Figure 1. (a) Study area located in the Brazilian Amazon with indication of the Gold Mining District created in 1983 [6] by the Brazilian Federal Government. The four sub-basins of the Tapajós River Basin subject to this research are within: Jamanxim, Novo, Tocantins and Crepori sub-basins are depicted in (b), along with mining sites, roads, river network, and overflight path for aerial photos used in the land-cover validation process.
Remotesensing 08 00579 g001 1024
Figure 2. Flowchart of the methodology applied in this paper. (i) Database including satellite images, auxiliary vectors, photos and TSS from [12]; (ii) Landsat image processing to create a normalized time series from 1973 to 2012 from land use and water siltation extraction; (iii) Map ASGM in 2012 and validated with photos; (iv) Conducted a reverse in time classification of ASGM in 2001, 1993, 1984 and 1973; (v) Combined temporal analysis between TSS and ASGM expansion; (vi) Investigation of the sediment source resulted of ASGM activities.
Figure 2. Flowchart of the methodology applied in this paper. (i) Database including satellite images, auxiliary vectors, photos and TSS from [12]; (ii) Landsat image processing to create a normalized time series from 1973 to 2012 from land use and water siltation extraction; (iii) Map ASGM in 2012 and validated with photos; (iv) Conducted a reverse in time classification of ASGM in 2001, 1993, 1984 and 1973; (v) Combined temporal analysis between TSS and ASGM expansion; (vi) Investigation of the sediment source resulted of ASGM activities.
Remotesensing 08 00579 g002 1024
Figure 3. (a) DDV (Dark Dense Vegetation) spectra for dry seasons (August–October) extracted from historical Landsat-5 TM images having IRS/LISSIII spectra shown in (b) as reference; (b) DDV extracted from dry season (IRS/LISSIII) used as reference for optimizing atmospheric parameters on Landsat historical data. Examples of uncorrected Landsat 1-MSS ( ρ T O A ) , and dense forest from the Brazilian Amazon found in literature using Landsat TM data [27,28] are also shown. Adapted from [12].
Figure 3. (a) DDV (Dark Dense Vegetation) spectra for dry seasons (August–October) extracted from historical Landsat-5 TM images having IRS/LISSIII spectra shown in (b) as reference; (b) DDV extracted from dry season (IRS/LISSIII) used as reference for optimizing atmospheric parameters on Landsat historical data. Examples of uncorrected Landsat 1-MSS ( ρ T O A ) , and dense forest from the Brazilian Amazon found in literature using Landsat TM data [27,28] are also shown. Adapted from [12].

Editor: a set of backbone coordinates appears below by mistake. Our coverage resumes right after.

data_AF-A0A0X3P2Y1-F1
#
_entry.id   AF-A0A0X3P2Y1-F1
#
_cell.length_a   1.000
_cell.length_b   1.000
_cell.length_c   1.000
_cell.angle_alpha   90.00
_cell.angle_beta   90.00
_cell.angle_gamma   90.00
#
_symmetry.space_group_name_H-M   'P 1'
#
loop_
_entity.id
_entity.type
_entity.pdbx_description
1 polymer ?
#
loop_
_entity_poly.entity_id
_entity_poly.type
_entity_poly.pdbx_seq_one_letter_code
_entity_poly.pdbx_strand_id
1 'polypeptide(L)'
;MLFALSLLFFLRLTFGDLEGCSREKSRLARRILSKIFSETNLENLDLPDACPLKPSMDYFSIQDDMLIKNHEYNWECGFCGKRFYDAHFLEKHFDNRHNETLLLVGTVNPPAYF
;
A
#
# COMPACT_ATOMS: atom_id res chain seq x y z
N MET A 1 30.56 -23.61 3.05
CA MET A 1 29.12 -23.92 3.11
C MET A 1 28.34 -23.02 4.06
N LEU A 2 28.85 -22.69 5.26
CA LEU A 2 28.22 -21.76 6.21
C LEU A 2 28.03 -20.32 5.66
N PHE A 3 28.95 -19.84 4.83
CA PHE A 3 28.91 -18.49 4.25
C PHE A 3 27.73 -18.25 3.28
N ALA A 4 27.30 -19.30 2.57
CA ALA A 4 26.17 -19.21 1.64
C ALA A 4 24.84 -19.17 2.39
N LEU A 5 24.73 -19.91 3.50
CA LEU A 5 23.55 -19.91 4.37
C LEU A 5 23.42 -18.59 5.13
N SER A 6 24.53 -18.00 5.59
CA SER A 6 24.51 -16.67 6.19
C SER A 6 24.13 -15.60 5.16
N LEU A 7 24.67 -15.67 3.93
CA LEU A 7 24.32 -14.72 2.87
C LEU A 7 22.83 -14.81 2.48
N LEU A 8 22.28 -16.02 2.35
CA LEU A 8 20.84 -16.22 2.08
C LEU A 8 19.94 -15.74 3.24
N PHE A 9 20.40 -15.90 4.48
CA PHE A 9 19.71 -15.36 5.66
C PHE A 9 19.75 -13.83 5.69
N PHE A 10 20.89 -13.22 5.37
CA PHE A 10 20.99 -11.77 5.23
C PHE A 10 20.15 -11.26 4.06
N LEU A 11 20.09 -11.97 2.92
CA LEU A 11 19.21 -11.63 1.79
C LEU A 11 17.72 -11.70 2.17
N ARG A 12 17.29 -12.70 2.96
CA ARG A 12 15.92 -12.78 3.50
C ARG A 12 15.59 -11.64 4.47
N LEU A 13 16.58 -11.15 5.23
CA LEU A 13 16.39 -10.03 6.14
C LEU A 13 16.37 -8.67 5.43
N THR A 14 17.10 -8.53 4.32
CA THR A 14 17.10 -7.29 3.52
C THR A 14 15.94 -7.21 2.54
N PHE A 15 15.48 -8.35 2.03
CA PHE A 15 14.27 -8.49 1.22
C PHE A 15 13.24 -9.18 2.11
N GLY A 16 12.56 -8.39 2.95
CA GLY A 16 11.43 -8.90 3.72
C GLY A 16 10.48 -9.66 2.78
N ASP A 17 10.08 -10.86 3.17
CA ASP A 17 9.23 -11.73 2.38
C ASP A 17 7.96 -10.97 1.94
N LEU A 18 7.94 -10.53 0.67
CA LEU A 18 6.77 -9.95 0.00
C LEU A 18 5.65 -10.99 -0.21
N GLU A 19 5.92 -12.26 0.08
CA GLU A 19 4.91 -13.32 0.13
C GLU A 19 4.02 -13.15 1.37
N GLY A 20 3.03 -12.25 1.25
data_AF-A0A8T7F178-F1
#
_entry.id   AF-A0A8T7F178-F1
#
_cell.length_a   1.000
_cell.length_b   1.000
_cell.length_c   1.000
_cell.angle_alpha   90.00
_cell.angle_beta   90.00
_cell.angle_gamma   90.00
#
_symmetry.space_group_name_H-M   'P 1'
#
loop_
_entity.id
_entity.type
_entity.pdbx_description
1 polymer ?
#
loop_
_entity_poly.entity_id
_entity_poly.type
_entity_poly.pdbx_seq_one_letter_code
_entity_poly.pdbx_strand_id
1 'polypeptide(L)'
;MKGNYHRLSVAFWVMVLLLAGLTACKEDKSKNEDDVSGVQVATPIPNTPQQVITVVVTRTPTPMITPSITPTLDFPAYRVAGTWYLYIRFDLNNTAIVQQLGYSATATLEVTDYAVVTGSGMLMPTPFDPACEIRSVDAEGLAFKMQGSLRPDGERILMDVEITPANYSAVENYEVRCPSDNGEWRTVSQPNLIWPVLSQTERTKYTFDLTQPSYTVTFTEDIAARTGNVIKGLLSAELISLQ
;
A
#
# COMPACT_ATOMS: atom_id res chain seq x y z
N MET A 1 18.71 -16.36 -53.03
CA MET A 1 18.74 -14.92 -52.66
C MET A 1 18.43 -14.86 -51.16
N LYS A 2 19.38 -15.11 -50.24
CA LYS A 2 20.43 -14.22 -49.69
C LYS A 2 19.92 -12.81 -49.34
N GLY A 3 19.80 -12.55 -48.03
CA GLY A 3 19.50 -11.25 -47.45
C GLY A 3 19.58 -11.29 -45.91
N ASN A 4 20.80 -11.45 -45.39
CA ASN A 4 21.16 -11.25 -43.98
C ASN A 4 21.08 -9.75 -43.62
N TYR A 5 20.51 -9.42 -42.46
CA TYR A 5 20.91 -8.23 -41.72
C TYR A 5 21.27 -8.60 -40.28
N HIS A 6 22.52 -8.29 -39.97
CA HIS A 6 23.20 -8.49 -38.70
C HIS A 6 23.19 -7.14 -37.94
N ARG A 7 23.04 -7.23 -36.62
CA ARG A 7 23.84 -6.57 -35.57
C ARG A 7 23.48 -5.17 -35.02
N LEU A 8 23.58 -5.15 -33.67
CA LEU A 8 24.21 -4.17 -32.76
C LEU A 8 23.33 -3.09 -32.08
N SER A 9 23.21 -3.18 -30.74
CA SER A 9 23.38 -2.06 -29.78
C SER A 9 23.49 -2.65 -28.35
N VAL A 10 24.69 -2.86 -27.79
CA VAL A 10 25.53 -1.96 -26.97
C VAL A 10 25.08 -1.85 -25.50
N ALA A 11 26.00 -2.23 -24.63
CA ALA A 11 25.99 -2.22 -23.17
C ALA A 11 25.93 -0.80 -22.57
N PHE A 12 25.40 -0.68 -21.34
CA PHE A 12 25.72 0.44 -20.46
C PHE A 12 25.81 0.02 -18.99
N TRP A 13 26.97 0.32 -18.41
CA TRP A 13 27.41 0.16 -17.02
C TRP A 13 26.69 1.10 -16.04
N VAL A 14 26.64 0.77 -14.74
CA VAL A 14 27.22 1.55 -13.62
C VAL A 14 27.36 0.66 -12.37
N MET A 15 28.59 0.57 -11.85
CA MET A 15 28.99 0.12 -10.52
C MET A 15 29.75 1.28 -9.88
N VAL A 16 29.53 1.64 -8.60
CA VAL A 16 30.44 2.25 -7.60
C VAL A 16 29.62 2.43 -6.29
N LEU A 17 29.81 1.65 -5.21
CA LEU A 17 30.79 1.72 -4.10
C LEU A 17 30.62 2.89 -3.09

Remotesensing 08 00579 g003 1024
Figure 4. Non-linear fit between TSS (n = 39, Adj. R2 = 0.94, RMSE = 1.39) and reflectance (red band) derived from satellite sensors (Landsat TM data for high water level, April 2011; and IRS/LISSIII data for low water level season, September 2012). Adapted from [12].
Figure 4. Non-linear fit between TSS (n = 39, Adj. R2 = 0.94, RMSE = 1.39) and reflectance (red band) derived from satellite sensors (Landsat TM data for high water level, April 2011; and IRS/LISSIII data for low water level season, September 2012). Adapted from [12].
Remotesensing 08 00579 g004 1024
Figure 5. (a) An overflight was taken in the study area to identify ASGM and validate classification of land use based on IRS/LISSIII images (R/G/B: Red/NIR/Green bands) (b). Examples of eight polygons extracted from three different areas (iiii) includes mining-related areas (in red) and other land uses that are not associated with mining (in purple). The visual identification of the polygons in the photos taken in 2012; (c) considered the spatial distortion caused by the oblique view of the camera used.
Figure 5. (a) An overflight was taken in the study area to identify ASGM and validate classification of land use based on IRS/LISSIII images (R/G/B: Red/NIR/Green bands) (b). Examples of eight polygons extracted from three different areas (iiii) includes mining-related areas (in red) and other land uses that are not associated with mining (in purple). The visual identification of the polygons in the photos taken in 2012; (c) considered the spatial distortion caused by the oblique view of the camera used.
Remotesensing 08 00579 g005 1024
Figure 6. Example of how severe ASGM land changes remains detectable by satellite images. It also illustrates ASGM expansion over the decades from 1973 (a); 1984 (b); 1993 (c); 2001 (d); to 2012 (e). RGB composition of Landsat and IRS/LISSIII images.
Figure 6. Example of how severe ASGM land changes remains detectable by satellite images. It also illustrates ASGM expansion over the decades from 1973 (a); 1984 (b); 1993 (c); 2001 (d); to 2012 (e). RGB composition of Landsat and IRS/LISSIII images.